Saul Bonnell

From Wikipedia, the free encyclopedia
Jump to: navigation, search
Saul Bonnell
Saul Bonnell.jpg
Member of the Canadian Parliament
for Kootenay East
In office
1917 – 1921
Preceded by Riding created from Kootenay
Succeeded by Robert Ethelbert Beattie
Personal details
Born December 29, 1871
Near Petites, Newfoundland
Died March 21, 1973(1973-03-21) (aged 101)
Vancouver, British Columbia
Nationality Newfoundlander
Political party Unionist Party
Spouse(s) Maud Eva McKeown
Occupation Physician

Saul Bonnell (December 29, 1871 – March 21, 1973) was a Canadian politician and physician. Bonnell's early life and career was spent in the Canadian Maritimes before he joined the Canadian Pacific Railway and was sent to British Columbia, where he established and worked in several local hospitals. He was mayor of Fernie, British Columbia in 1907, but put his political career on hold to serve with the Canadian Army Medical Corps during World War I. Returning from overseas in 1917, he was elected to the Canadian House of Commons in that year's federal election as the representative of the newly created Kootenay East riding and served until his defeat in 1921. Following this he returned to practicing medicine until his retirement and died at the age of 101 in March 1973.

Early life[edit]

Bonnell was born December 29, 1871 near Petites, Newfoundland and Labrador, the son of sailing master Saul Bonnell and his wife Mary Scott. His family moved to Halifax, Nova Scotia when the younger Bonnell was two years old, and this was where he was raised and received his primary and secondary education. He eventually attended Mount Allison University in Sackville, New Brunswick and graduated from this institution in 1892. He then entered Montreal's McGill University to earn a medical degree, which he received in 1896. Returning to Halifax, he spent almost a year working as a surgeon at the city's Royal Victoria Hospital before establishing a private practice in Bridgewater, Nova Scotia. He sold this practice in 1898 and joined the Canadian Pacific Railway Company, which sent him to Coal Creek, British Columbia to work as a surgeon at the local hospital.[1]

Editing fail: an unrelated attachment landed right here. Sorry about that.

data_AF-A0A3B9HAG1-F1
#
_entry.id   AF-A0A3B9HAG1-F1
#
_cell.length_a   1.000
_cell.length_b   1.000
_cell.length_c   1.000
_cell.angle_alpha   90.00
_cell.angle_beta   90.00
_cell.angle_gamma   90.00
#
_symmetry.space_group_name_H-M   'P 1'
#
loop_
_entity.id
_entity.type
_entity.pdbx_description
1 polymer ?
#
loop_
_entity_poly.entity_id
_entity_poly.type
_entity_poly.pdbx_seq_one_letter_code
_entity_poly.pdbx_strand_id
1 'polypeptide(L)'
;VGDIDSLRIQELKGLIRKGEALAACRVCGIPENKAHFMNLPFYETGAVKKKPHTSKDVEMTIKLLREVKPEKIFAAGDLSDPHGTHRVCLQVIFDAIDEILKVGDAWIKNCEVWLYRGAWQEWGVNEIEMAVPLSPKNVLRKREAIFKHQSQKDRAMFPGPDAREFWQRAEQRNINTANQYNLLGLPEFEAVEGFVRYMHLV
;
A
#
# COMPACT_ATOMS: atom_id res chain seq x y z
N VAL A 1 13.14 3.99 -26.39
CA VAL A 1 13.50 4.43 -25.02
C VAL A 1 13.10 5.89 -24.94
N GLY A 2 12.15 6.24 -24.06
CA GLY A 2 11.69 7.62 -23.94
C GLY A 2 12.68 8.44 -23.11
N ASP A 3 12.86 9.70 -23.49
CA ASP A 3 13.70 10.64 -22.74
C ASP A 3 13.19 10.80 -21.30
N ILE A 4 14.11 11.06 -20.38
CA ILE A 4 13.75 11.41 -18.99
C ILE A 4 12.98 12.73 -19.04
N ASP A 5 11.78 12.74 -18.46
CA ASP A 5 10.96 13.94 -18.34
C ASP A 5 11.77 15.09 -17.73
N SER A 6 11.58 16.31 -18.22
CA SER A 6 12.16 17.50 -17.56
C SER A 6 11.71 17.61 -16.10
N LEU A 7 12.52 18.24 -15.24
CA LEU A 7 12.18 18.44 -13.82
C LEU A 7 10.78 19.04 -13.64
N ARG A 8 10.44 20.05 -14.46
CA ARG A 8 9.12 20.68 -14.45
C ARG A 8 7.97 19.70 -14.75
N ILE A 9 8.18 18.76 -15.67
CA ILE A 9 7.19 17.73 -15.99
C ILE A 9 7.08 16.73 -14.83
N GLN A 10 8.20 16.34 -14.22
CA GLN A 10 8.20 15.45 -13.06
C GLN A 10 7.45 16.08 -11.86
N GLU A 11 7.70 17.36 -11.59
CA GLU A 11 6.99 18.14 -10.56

While working for the affiliated Crow's Nest Pass Coal Company, Bonnell helped establish the first hospital in Fernie, British Columbia, a city that had been founded in 1898. He acted a supervisor for this hospital, as well as ones in nearby Michel and Elko, British Columbia, and was also contracted to the Great Northern Railway Company of Canada. He also served the provincial government as a health officer.[1] He was working in the area on May 22, 1902, the day of one of the worst mining disasters in Canadian history, where 143 miners were asphyxiated after a cave-in near Coal Creek and Fernie.[2]

Political career[edit]

Bonnell served as the mayor of Fernie, British Columbia in 1907. During World War I he enlisted with the Royal Canadian Army Medical Corps and served overseas in Greece from 1915 through 1917.[3] He was discharged officially with the rank of captain on April 3, 1918.[4] Upon his return he stood for election in the newly created riding of Kootenay East, which had branched off from the Kootenay electoral district, in the 1917 Canadian federal election. A member of the Unionist Party of Canada, he was elected to the Canadian House of Commons and served for nearly four years. By the time of the 1921 federal election he represented the Conservative Party of Canada, following the disintegration of the Unionist Party, and was defeated by Robert Ethelbert Beattie of the Liberal Party of Canada, who had been his opponent in 1917. Following this loss, Bonnell held no further major political positions.[3]

Later life[edit]

After the end of his political career, Bonnell continued to work as a physician until his retirement. He married Maud Eva McKeown in 1899 in Saint John, New Brunswick[1] and had three children, Constance, Franklin Harrison, and Eva. Franklin, born in 1903 in Fernie, became a lawyer. Saul outlived his son, who died in 1967,[5] by nearly six years, as he died March 21, 1973, in Vancouver, British Columbia at the age of 101.[3]


  1. ^ a b c The Newspaper Reference Book of Canada: Embracing Facts and Data Regarding Canada and Biographical Sketches of Representative Canadian Men. Press Publishing Company. 1903. p. 112. 
  2. ^ Bowman, Bob (1965-05-22). "On This Day - 143 miners asphyxiated in Fernie, B.C., cave-in". Ottawa Citizen. Postmedia Network. p. 49. Retrieved 2015-08-28. 
  3. ^ a b c "BONNELL, Saul, M.D., C.M.". PARLINFO. Library of Parliament. 2015. Retrieved 2015-08-28. 
  4. ^ "(Untitled)". Canada Gazette. Government of Canada: 2330. 1919. 
  5. ^ "(Untitled)". The Advocate. Vancouver Bar Association. 25: 243. 1967.